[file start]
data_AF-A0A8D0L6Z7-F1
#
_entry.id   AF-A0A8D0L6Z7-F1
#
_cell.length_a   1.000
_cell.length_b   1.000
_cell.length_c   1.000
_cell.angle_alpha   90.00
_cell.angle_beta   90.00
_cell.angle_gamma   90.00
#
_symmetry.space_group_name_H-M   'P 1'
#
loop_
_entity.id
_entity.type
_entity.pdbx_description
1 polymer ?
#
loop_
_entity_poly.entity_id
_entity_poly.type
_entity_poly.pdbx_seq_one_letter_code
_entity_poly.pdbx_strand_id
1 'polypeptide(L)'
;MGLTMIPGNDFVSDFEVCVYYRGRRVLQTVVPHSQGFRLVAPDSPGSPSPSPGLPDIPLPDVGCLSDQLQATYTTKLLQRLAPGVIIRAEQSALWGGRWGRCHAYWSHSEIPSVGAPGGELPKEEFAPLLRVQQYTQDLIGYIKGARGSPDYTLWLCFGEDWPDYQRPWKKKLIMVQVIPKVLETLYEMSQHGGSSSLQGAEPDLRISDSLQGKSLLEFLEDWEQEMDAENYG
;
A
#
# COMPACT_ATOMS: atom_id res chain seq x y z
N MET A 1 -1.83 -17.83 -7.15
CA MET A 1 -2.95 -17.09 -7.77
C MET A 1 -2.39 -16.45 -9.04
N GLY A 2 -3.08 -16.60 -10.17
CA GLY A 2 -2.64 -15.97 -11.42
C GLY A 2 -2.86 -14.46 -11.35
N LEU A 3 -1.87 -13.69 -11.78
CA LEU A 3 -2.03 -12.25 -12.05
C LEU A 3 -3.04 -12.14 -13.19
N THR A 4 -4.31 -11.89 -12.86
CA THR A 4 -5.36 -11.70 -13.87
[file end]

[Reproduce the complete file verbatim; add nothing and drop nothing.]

data_AF-A0A8D0L6Z7-F1
#
_entry.id   AF-A0A8D0L6Z7-F1
#
_cell.length_a   1.000
_cell.length_b   1.000
_cell.length_c   1.000
_cell.angle_alpha   90.00
_cell.angle_beta   90.00
_cell.angle_gamma   90.00
#
_symmetry.space_group_name_H-M   'P 1'
#
loop_
_entity.id
_entity.type
_entity.pdbx_description
1 polymer ?
#
loop_
_entity_poly.entity_id
_entity_poly.type
_entity_poly.pdbx_seq_one_letter_code
_entity_poly.pdbx_strand_id
1 'polypeptide(L)'
;MGLTMIPGNDFVSDFEVCVYYRGRRVLQTVVPHSQGFRLVAPDSPGSPSPSPGLPDIPLPDVGCLSDQLQATYTTKLLQRLAPGVIIRAEQSALWGGRWGRCHAYWSHSEIPSVGAPGGELPKEEFAPLLRVQQYTQDLIGYIKGARGSPDYTLWLCFGEDWPDYQRPWKKKLIMVQVIPKVLETLYEMSQHGGSSSLQGAEPDLRISDSLQGKSLLEFLEDWEQEMDAENYG
;
A
#
# COMPACT_ATOMS: atom_id res chain seq x y z
N MET A 1 -1.83 -17.83 -7.15
CA MET A 1 -2.95 -17.09 -7.77
C MET A 1 -2.39 -16.45 -9.04
N GLY A 2 -3.08 -16.60 -10.17
CA GLY A 2 -2.64 -15.97 -11.42
C GLY A 2 -2.86 -14.46 -11.35
N LEU A 3 -1.87 -13.69 -11.78
CA LEU A 3 -2.03 -12.25 -12.05
C LEU A 3 -3.04 -12.14 -13.19
N THR A 4 -4.31 -11.89 -12.86
CA THR A 4 -5.36 -11.70 -13.87